So many business owners and marketers have questions right now about what kind of marketing is appropriate during the COVID-19 crisis.
I’ve talked with a few dozen business owners over the past several days, and they’re all feeling the same general emotions: nervous, fearful, uncertain, skeptical, and concerned are a few words that come to mind.
On the topic of marketing, the general sentiment gets more mixed.
I’ve heard everything from, “we’re not really changing anything”, to, “we’ve put a stop on everything until we get a handle on the economic impact on our business.”
More than likely, you need to make some changes to your marketing approach in today’s economy. If you continue to run with whatever offers or promotions you had previously planned, you run the risk of appearing tone deaf or insensitive to what’s going on in the world.
The silver lining here is you might now find yourself with idle time – and you can use this time to work on some items you’ve maybe neglected in the past (like your website).
The Risks of Pausing All Marketing
Every economic downturn sees a pull-back in sales and marketing efforts for many organizations.
Keep in mind that as you pull back your sales and marketing, its likely that someone else in your industry is pushing harder in those areas, and you run the risk of losing market share.
Online, a relative newcomer in your space can overtake your online presence if you neglect your website and online visibility for a period of time.
Lastly, any existing leads in your pipeline may completely forget about your company as a result of pulling back your sales and marketing efforts. Your pipeline risks drying up over an extended period of sales and marketing blackout.
Digital Marketing Tactics Relevant in Any Economy
I wanted to put together this list of digital tactics because I think these are the channels and tactics that any service business should be working on in any economy – including the good times!
Any business that operates in a specific geographic area should be paying attention to how their business ranks in Google for specific competitive search phrases.
Google My Business is on the top of the list of online channels to dedicate attention to. Over 90% of local searches include listings from Google My Business. If your profile is not well optimized, you’ll miss out on new customers from Google My Business. I discuss several key optimization steps in my free class, “How Can Service Businesses Adapt Online in 2020?”
Local content on your website an often times overlooked as an opportunity to get new customers online, but is a critical part of doing local SEO work. Develop a separate page on your website for every location you do business. Whenever appropriate, there should also be a separate page for each service + location combination.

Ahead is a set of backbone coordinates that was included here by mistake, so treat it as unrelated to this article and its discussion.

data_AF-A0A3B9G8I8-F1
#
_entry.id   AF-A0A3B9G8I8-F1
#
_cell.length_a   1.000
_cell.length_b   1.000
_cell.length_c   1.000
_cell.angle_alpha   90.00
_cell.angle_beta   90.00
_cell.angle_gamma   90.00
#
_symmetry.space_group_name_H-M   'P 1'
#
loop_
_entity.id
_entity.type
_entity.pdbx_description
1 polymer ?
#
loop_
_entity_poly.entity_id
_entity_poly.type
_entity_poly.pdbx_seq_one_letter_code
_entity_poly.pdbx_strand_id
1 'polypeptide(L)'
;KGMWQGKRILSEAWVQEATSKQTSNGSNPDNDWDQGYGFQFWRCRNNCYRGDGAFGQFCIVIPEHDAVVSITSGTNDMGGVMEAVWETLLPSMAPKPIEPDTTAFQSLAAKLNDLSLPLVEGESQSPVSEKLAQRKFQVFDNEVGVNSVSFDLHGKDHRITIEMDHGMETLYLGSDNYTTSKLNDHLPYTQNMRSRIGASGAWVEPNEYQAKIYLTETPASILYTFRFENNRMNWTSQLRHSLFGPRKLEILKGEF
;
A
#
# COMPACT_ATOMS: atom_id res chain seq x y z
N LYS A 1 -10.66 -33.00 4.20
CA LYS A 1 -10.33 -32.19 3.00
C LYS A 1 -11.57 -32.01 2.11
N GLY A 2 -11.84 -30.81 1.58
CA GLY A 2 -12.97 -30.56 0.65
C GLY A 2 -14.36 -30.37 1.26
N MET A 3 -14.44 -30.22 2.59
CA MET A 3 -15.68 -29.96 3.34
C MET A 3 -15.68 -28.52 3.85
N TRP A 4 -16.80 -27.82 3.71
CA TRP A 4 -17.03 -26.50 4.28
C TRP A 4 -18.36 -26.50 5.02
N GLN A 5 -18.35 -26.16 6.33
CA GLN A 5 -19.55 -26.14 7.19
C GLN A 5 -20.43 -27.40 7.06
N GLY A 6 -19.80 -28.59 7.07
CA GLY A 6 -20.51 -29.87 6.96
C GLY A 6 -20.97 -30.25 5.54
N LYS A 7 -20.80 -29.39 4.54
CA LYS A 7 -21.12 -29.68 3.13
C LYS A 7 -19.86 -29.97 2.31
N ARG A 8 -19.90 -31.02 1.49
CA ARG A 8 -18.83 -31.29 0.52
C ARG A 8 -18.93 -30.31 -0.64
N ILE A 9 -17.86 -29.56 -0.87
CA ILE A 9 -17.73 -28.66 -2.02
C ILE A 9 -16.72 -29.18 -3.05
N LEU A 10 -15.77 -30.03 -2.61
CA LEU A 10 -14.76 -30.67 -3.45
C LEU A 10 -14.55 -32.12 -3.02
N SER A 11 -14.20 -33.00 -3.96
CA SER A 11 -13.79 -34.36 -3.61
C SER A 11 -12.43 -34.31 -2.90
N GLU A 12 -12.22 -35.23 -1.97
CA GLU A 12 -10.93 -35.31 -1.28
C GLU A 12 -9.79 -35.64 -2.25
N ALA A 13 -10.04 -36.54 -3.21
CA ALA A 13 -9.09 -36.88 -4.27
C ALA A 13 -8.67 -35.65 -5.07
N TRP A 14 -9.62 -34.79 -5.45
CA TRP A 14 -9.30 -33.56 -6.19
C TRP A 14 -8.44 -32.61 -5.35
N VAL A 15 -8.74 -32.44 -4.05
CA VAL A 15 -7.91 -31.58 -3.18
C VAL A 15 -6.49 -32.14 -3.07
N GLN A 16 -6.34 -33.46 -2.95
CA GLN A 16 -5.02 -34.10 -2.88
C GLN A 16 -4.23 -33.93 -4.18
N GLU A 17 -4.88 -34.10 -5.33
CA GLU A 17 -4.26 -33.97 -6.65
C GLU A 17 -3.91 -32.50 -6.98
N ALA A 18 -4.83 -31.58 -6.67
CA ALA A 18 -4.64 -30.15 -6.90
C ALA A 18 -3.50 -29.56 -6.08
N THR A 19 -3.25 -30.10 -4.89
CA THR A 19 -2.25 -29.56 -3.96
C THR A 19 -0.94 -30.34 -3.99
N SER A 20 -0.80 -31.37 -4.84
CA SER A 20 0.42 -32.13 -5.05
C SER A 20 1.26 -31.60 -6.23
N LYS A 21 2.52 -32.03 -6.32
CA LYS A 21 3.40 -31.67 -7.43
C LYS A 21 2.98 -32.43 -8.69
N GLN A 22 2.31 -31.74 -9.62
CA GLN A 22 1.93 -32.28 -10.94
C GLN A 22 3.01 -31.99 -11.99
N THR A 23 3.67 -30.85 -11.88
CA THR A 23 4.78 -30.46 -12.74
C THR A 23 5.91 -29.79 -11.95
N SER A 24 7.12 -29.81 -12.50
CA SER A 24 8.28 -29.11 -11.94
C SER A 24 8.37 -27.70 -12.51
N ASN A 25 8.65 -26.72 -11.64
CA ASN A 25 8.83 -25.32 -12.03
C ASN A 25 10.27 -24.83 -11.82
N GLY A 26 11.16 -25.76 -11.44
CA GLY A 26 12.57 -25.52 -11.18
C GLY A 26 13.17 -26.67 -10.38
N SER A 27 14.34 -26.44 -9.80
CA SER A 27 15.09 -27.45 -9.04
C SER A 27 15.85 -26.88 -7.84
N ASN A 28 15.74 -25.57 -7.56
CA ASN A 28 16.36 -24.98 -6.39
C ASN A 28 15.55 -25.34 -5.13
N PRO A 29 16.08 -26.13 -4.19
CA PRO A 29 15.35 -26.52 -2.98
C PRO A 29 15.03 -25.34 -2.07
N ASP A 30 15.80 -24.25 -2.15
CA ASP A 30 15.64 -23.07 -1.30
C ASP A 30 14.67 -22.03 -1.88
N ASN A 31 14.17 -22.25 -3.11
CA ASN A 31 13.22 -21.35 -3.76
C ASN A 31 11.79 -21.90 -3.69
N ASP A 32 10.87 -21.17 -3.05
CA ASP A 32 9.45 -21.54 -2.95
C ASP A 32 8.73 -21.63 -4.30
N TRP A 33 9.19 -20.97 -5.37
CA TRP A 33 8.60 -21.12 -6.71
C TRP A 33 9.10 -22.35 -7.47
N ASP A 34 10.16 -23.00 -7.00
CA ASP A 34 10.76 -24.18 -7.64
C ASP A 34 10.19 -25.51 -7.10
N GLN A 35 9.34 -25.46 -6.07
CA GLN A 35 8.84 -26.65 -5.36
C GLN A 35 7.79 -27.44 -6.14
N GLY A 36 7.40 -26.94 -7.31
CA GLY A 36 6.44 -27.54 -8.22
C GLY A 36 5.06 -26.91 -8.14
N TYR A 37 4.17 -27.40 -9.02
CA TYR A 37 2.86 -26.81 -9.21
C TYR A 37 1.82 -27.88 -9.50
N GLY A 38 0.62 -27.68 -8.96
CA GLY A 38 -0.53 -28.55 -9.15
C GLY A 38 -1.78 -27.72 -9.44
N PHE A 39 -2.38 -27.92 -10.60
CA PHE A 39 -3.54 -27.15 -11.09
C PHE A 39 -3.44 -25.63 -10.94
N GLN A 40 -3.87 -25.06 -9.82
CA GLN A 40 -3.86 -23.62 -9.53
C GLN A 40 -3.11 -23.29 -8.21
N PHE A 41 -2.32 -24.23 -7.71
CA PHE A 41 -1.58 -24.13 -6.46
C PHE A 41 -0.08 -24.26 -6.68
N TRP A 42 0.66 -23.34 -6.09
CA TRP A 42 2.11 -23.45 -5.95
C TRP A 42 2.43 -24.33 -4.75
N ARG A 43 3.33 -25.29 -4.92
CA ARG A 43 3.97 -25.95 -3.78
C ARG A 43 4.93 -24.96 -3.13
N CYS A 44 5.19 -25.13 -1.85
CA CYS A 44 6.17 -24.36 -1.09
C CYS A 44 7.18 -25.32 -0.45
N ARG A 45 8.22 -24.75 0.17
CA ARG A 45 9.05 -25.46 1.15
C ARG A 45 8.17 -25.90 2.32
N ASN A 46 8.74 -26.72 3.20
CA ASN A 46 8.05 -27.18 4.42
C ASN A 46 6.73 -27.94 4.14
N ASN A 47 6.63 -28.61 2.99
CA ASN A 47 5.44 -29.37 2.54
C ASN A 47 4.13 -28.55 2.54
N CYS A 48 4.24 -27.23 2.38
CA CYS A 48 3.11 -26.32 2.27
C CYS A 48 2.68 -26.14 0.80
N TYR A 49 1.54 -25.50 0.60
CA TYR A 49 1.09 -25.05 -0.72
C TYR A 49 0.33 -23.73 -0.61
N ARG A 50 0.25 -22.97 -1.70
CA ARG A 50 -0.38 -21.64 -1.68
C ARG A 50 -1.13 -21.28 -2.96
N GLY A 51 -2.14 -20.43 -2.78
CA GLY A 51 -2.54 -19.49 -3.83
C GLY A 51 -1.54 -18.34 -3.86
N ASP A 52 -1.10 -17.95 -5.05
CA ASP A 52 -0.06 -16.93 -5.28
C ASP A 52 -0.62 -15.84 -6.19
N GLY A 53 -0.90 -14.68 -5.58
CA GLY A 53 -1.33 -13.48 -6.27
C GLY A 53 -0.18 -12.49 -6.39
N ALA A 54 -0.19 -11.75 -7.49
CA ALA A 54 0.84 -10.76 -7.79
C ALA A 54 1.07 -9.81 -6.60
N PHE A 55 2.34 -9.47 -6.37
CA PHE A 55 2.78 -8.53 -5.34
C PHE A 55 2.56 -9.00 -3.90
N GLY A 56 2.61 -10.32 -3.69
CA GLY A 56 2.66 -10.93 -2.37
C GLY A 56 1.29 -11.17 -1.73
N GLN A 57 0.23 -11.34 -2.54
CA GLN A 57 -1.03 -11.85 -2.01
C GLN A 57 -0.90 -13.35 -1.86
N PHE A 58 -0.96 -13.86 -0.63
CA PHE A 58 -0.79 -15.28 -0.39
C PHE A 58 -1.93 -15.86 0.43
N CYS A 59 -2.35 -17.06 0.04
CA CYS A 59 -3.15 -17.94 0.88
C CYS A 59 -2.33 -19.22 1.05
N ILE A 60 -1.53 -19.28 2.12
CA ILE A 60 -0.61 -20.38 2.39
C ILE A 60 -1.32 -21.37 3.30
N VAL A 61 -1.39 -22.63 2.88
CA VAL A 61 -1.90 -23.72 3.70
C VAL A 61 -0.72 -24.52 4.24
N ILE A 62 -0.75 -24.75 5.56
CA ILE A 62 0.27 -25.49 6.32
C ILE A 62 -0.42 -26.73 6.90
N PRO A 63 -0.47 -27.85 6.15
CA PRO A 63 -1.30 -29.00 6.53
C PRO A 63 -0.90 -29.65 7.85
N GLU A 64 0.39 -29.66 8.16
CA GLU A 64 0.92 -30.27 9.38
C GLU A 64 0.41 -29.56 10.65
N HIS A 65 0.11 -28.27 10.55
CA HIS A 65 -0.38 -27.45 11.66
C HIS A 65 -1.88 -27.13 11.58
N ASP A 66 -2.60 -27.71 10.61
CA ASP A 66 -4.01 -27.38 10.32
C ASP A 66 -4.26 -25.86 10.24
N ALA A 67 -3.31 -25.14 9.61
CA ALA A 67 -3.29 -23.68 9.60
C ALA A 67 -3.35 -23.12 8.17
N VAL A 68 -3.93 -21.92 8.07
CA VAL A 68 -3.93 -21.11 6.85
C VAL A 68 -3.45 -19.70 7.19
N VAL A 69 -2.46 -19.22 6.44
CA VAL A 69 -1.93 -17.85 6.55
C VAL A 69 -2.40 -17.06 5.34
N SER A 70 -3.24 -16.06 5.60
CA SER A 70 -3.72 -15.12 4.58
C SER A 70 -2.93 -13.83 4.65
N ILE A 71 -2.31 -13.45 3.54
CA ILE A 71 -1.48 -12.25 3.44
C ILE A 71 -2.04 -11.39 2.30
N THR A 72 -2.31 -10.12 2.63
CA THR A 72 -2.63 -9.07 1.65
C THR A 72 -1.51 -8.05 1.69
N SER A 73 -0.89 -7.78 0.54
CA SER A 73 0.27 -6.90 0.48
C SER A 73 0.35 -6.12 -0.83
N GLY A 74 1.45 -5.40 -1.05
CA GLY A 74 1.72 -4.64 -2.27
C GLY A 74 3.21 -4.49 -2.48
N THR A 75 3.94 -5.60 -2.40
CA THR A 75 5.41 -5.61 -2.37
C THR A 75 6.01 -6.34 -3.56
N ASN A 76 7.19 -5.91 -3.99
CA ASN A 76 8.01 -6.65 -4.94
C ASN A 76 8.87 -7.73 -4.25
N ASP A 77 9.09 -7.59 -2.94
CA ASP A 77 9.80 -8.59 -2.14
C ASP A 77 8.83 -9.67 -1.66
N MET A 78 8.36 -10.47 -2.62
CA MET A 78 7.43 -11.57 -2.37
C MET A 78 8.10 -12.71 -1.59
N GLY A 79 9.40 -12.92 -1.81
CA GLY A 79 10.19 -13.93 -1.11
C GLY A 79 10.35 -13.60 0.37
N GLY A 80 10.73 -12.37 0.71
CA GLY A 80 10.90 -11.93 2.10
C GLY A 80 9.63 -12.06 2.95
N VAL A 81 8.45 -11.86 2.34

Local citations and directory listings on the internet are another powerful way to improve your online visibility. Google likes to see when other websites mention your business or link to your business website. If you haven’t done so recently, make sure your business is listed in every relevant national directory website and on any local business directories, such as your local TV, newspaper, and radio websites that may list businesses.
Communicating with existing customers by email is certainly NOT off-limits in these times.
You’ll just want to be mindful of the message and acknowledge the fact that some customers are struggling right now, just as your business may be.
On-site & Technical SEO
On-site SEO can be encompassed of several activities, but generally includes reviewing all of your existing website content (including page titles and meta descriptions) and making sure all of the content is well optimized to align with your target audience’s search intent.
If you find yourself with extra time right now, this is the perfect time to review your website and make sure the content you have is generating the intended result, and if not, then spend some time improving it.
The average local service business has about 15 pages of website content. This is not nearly enough to get significant online visibility in your local marketplace.
It’s relatively easy to increase your page count by developing separate pages for each of the services you provide, and also create service area pages for each of the areas you service.
FYI – How to build out your service pages is a topic I explain in greater detail in my FREE TRAINING. It’s 30 minute on-demand class you can sign up for right now.
If you feel like you’ve exhausted that avenue of content development, focus next on customer needs and answering common questions about your service. For example, “How much does _________ cost?”, or “How long does __________ take?” are common types of questions for just about any kind of service business.
Answering common questions with high quality content is a proven way to gain online authority over time.
I’ll have more on this topic in some upcoming training classes at Service Marketing School.
Looking Short-Term vs. Long-Term
If you’re struggling right now to attract customers, you’re likely not alone. The current economic conditions driven by response to the COVID-19 outbreak, and the decline in revenue you’re experiencing is not unique to your business.
Most of the tactics listed above are more long-term in nature – setting your business up for higher growth opportunities once things turn around.
Hopefully, you’ll be able to pull through the tough times you’re experiencing right now. Working on the items in this article should help slingshot you back where you want your business to be once everything picks back up.